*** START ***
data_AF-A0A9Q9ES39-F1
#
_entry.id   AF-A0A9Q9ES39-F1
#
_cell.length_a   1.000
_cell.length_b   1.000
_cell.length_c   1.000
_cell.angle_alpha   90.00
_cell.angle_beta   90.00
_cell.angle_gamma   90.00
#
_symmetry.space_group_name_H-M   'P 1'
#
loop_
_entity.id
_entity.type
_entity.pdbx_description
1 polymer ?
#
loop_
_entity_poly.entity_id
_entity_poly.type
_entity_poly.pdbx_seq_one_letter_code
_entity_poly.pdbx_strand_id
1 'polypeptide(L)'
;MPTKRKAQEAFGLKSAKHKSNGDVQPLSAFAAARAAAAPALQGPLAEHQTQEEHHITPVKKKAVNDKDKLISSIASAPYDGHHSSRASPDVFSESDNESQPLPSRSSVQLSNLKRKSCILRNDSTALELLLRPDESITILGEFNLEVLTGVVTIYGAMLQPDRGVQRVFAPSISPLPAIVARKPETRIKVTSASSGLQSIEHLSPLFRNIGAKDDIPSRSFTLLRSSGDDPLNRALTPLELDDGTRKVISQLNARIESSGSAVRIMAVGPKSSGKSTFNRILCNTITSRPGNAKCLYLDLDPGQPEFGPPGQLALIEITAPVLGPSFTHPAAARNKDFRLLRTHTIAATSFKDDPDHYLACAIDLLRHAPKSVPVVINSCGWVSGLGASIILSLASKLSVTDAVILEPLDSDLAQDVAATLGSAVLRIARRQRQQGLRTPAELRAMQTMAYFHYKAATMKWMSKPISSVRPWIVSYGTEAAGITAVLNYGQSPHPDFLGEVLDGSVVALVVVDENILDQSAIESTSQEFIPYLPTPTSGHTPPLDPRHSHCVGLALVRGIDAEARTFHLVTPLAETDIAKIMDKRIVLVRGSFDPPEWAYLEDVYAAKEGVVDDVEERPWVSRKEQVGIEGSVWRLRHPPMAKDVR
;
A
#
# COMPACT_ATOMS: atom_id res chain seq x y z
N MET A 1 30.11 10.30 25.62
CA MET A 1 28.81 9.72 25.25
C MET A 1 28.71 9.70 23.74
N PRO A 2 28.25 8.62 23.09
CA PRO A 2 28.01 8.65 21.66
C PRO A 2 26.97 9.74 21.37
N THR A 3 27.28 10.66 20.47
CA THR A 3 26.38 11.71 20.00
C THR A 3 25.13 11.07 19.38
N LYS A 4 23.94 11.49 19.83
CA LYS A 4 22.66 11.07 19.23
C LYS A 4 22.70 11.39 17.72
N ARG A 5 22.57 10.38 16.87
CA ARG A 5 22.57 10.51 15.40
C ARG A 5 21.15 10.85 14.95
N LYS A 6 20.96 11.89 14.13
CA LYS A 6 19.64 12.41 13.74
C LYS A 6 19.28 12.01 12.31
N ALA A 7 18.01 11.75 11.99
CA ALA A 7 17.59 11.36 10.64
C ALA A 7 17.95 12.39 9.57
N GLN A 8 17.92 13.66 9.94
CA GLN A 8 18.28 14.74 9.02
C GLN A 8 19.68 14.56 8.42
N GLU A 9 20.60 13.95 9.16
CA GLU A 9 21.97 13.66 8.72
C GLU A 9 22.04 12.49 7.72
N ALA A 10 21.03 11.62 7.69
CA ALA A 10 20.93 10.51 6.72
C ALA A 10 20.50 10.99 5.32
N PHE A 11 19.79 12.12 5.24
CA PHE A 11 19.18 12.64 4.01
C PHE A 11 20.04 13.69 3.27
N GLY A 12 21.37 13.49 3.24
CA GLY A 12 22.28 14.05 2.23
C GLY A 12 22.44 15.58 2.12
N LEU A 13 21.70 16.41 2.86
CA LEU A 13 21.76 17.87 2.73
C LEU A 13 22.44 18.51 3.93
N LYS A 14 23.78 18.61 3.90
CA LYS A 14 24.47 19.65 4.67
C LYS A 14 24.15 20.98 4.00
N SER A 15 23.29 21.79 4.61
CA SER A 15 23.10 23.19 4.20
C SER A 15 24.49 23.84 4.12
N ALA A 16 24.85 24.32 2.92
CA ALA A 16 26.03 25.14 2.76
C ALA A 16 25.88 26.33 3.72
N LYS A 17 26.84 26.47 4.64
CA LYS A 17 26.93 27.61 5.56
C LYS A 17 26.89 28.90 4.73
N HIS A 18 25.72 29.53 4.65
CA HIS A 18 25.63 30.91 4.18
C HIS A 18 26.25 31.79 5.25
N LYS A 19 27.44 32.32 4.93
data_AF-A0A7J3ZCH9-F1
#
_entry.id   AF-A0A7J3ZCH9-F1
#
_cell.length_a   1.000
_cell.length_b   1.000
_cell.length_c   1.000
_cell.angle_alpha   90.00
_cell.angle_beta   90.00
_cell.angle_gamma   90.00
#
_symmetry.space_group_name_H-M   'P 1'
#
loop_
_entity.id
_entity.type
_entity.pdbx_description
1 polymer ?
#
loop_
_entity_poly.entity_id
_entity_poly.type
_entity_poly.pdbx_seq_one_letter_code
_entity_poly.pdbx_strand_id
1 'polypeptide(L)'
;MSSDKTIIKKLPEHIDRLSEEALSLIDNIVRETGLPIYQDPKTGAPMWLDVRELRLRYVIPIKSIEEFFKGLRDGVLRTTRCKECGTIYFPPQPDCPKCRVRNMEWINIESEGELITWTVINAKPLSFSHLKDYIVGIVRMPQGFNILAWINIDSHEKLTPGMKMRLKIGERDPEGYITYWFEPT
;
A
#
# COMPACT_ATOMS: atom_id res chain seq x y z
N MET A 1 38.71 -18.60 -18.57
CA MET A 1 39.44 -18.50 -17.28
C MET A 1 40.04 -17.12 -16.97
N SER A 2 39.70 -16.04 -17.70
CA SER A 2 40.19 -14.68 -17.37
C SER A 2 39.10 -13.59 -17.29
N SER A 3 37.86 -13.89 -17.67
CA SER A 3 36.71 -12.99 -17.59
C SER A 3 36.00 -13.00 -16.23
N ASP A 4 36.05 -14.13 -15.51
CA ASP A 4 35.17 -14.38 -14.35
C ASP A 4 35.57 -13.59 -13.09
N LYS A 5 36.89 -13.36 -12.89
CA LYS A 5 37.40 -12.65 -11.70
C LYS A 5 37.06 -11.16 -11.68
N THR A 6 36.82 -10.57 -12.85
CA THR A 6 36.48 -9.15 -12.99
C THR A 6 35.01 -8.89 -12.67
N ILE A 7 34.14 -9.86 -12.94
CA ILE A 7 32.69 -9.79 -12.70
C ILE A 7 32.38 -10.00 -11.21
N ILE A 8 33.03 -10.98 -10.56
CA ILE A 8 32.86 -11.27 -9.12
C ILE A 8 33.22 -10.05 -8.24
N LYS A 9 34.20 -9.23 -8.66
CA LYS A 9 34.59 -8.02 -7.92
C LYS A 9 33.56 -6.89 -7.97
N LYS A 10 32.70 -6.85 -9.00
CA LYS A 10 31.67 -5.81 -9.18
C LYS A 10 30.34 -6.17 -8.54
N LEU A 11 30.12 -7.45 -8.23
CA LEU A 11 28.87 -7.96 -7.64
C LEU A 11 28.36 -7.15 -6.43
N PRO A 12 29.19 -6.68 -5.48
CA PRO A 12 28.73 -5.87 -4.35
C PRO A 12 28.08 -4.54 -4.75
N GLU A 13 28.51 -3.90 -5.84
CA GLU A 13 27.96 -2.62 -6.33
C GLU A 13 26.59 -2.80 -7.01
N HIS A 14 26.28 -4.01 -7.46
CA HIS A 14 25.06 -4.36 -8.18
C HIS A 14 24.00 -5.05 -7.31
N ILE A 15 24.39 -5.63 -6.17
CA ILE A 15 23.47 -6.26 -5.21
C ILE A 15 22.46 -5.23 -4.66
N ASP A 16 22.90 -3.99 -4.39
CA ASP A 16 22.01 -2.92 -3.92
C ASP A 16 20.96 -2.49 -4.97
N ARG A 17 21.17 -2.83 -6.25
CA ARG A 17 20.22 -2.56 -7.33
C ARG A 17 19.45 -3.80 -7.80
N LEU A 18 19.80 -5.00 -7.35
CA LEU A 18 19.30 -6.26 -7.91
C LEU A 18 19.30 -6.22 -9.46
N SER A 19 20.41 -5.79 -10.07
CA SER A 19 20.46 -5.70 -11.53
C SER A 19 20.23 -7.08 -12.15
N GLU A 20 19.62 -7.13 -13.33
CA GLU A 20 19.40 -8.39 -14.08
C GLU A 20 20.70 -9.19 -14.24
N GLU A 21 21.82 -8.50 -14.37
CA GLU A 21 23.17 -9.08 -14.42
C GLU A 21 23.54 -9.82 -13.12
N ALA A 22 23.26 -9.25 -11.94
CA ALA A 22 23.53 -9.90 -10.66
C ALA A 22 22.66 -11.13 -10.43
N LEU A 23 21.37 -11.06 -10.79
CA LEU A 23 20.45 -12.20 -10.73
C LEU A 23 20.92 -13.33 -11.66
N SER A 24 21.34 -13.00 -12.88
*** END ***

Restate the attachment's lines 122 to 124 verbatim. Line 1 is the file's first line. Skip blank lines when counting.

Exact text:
N SER A 3 37.86 -13.89 -17.67
CA SER A 3 36.71 -12.99 -17.59
C SER A 3 36.00 -13.00 -16.23